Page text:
Neil Woodford is considered to be one of the UK’s best fund managers and luckily, the secret to his success isn’t that secret.
Indeed, as Woodford has himself revealed before, his strategy relies on finding companies with an attractive, sustainable dividend yield with room for growth and holding for the long term.
Unfortunately, due to the high demand for Woodford’s funds, his flagship CF Woodford Equity Income fund only yields 3.3% and there are better income opportunities out there. Here are two such stocks that both yield more than 6% and could help you beat Neil Woodford at his own game.
Legal & General (LSE: LGEN) is the UK’s leading pensions and investments manager. With nearly 200 years of experience, the company certainly knows how to grow sustainably. Growth has accelerated in recent years as more and more customers come to it looking for wealth management and retirement products.
Between year-end 2012 and 2016, Legal’s earnings per share have expanded by 60% with the company notching double-digit earnings per share growth in most years during this period. As Legal is a long-term savings manager, the company has high visibility on future cash flows, which means management can set the dividend at a sustainable level every year with room for growth — precisely the kind of conservative dividend policy Neil Woodford is looking for. Right now, shares in the company support a forward dividend yield of 6.2%, and City analysts expect management to increase the payout by 1p per share next year, giving a yield of 6.6% at current prices. The payout is covered 1.5 times by earnings per share and at the time of writing shares in Legal trade at a forward P/E of just 11.2.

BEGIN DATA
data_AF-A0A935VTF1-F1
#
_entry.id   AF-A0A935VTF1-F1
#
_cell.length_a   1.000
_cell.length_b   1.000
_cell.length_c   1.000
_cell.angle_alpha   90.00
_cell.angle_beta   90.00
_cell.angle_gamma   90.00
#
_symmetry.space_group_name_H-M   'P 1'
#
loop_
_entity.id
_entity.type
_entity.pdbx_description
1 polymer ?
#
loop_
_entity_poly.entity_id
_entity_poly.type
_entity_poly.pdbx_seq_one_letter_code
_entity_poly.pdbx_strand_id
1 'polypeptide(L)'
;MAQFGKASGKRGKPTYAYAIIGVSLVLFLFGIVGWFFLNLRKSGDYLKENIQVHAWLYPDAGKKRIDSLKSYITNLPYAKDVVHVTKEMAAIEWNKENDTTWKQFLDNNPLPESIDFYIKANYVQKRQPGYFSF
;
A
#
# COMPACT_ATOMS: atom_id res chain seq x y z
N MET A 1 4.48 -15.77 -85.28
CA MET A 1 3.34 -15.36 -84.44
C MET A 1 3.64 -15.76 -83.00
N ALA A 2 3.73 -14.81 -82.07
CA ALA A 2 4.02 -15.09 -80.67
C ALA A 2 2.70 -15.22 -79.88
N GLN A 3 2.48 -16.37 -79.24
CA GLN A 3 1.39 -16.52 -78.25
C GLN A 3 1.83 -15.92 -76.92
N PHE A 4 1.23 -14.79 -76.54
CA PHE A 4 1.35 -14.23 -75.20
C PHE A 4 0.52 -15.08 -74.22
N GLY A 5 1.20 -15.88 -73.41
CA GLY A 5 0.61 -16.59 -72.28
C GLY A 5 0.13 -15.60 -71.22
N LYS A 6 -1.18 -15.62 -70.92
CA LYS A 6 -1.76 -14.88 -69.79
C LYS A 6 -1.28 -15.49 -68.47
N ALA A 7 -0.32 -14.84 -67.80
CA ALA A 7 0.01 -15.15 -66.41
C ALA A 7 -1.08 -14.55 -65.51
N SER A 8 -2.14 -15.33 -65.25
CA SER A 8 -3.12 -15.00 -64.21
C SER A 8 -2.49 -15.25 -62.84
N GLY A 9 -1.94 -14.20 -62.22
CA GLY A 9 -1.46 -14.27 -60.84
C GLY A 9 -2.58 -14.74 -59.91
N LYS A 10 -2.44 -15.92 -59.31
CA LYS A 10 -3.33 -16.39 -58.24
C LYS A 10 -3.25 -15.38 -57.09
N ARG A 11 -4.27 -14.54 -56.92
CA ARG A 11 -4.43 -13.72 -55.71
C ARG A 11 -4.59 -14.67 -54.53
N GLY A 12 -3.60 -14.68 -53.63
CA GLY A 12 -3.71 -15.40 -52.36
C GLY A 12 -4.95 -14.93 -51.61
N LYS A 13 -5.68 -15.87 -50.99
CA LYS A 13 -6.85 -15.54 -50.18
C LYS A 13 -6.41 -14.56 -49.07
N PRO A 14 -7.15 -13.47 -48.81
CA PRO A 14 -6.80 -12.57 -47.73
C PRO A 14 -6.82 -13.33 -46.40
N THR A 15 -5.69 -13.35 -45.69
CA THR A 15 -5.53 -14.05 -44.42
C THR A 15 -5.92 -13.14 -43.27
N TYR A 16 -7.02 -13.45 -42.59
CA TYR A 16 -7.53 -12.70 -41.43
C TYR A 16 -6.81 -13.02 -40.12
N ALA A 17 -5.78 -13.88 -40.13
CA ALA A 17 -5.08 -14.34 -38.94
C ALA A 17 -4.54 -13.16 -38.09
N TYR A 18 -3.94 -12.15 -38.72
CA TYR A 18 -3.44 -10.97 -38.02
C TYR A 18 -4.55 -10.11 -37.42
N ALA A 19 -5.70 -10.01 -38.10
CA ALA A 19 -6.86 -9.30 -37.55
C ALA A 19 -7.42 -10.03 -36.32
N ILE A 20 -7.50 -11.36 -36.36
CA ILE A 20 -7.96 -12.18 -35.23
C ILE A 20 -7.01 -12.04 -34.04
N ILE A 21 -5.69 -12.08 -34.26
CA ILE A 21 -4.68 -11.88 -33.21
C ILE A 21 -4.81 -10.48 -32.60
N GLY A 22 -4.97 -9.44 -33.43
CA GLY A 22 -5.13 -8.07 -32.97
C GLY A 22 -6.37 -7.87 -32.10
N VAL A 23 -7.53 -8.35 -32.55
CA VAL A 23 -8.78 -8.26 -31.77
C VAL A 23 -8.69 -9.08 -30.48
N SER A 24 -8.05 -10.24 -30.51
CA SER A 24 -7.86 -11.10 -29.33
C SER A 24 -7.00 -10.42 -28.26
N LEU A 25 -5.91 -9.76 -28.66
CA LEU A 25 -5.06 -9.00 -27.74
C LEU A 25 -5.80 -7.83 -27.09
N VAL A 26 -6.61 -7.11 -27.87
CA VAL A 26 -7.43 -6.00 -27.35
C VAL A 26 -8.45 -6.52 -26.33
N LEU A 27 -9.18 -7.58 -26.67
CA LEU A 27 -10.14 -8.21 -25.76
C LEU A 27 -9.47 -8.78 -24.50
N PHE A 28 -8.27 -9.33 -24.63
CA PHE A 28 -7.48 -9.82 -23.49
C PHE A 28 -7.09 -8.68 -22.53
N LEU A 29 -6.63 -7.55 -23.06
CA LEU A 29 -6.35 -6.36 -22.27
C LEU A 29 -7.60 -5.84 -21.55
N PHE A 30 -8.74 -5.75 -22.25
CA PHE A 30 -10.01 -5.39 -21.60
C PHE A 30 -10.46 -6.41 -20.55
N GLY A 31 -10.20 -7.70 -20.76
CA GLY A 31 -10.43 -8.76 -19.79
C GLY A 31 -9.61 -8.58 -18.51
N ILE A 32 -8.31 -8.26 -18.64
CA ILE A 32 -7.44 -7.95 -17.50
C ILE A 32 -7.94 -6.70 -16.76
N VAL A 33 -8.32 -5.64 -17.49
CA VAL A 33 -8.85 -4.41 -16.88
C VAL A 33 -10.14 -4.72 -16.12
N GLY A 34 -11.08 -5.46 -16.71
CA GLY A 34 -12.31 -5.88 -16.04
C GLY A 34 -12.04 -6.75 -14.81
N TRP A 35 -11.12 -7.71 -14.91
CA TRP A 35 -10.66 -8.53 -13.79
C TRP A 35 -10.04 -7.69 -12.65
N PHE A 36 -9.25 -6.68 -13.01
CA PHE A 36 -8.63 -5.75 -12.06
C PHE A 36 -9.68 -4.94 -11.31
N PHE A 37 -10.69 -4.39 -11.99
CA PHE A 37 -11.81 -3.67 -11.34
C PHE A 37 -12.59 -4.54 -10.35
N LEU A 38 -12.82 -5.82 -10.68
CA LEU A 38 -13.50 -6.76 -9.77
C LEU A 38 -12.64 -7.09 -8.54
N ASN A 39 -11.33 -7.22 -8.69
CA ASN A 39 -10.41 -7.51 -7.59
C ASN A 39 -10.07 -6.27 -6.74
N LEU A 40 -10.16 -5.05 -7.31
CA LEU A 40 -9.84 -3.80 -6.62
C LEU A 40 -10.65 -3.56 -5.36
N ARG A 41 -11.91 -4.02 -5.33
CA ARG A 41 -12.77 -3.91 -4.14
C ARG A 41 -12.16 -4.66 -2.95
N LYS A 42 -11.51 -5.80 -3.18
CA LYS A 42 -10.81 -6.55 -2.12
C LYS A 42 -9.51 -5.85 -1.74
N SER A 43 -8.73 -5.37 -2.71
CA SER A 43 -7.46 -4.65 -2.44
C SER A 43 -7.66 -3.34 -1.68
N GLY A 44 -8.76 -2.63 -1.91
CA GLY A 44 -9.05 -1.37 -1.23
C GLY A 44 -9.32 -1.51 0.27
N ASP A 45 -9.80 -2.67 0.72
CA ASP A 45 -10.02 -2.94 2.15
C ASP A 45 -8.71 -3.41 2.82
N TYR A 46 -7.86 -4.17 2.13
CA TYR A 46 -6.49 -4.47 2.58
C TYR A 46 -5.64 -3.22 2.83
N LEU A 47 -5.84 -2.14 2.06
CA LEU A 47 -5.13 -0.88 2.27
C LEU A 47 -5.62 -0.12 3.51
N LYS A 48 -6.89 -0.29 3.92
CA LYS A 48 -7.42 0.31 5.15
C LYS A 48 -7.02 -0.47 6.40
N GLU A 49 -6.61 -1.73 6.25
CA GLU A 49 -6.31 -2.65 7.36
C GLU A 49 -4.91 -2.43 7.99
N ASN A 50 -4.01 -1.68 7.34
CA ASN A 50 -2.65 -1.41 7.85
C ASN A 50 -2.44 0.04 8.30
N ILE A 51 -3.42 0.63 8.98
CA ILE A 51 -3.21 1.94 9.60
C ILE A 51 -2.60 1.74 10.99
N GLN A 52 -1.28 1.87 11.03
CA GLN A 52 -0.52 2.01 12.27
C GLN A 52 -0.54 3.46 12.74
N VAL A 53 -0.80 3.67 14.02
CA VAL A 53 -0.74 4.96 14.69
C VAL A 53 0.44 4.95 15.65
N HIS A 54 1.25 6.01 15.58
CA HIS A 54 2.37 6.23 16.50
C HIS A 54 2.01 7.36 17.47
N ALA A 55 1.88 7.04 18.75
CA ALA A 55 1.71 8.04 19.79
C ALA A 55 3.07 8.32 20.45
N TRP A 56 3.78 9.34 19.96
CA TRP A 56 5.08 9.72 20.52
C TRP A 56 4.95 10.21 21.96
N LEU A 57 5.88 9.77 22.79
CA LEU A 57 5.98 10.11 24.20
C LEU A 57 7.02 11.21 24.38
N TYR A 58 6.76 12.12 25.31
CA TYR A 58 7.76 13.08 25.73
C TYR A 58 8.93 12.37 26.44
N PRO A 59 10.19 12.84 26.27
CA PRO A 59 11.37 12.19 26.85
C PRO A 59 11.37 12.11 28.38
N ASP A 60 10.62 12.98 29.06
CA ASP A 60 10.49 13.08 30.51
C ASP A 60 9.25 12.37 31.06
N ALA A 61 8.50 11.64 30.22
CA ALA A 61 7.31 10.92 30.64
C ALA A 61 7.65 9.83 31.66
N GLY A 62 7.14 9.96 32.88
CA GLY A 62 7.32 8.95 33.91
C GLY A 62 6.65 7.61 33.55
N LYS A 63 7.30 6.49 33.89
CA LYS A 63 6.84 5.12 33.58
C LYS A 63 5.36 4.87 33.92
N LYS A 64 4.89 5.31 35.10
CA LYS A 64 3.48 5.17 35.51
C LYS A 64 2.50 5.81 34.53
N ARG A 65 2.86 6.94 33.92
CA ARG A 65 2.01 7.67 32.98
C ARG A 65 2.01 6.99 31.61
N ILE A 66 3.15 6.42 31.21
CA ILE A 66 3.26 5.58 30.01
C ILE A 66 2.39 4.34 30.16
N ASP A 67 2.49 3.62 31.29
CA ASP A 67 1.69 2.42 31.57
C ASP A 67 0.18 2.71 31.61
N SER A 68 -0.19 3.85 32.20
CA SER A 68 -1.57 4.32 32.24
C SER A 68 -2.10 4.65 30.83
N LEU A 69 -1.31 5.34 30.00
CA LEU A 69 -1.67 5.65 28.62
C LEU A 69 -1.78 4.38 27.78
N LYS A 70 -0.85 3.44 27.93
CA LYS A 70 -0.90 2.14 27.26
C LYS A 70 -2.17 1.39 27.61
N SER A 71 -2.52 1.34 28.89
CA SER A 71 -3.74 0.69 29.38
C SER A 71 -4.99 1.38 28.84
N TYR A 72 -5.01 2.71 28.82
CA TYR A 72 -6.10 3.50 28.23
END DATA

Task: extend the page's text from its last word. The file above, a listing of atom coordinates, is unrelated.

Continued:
Billionaire Warren Buffett knows all too well how profitable the insurance business can be, having built a large part of his fortune in insurance. And you don’t have to be a billionaire to profit from the industry’s success.
Direct Line Insurance (LSE: DLG) has only been a public company since 2012, but management is already working hard to ensure that the business is known for its shareholder returns. Management is looking to return any excess cash to investors, and off the back of this goal, City analysts expect the group to pay regular and special dividends of 24.2p per share for 2017, equal to a yield of 7%. A similar payout is expected for 2018. Analysts have pencilled-in a 2018 yield of 7.5%.
Direct Line’s 2016 results were hit by the government’s decision to change the Ogden rate — the discount rate used to calculate the value of compensation claims – but City analysts believe this was just a one-off. After falling 20% in 2016, analysts believe the company’s earnings per share will grow by 37% for 2017. Based on this prediction, the shares are trading at a forward P/E of 12.
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Rupert Hargreaves has no position in any shares mentioned. The Motley Fool UK has no position in any of the shares mentioned. Views expressed on the companies mentioned in this article are those of the writer and therefore may differ from the official recommendations we make in our subscription services such as Share Advisor, Hidden Winners and Pro. Here at The Motley Fool we believe that considering a diverse range of insights makes us better investors.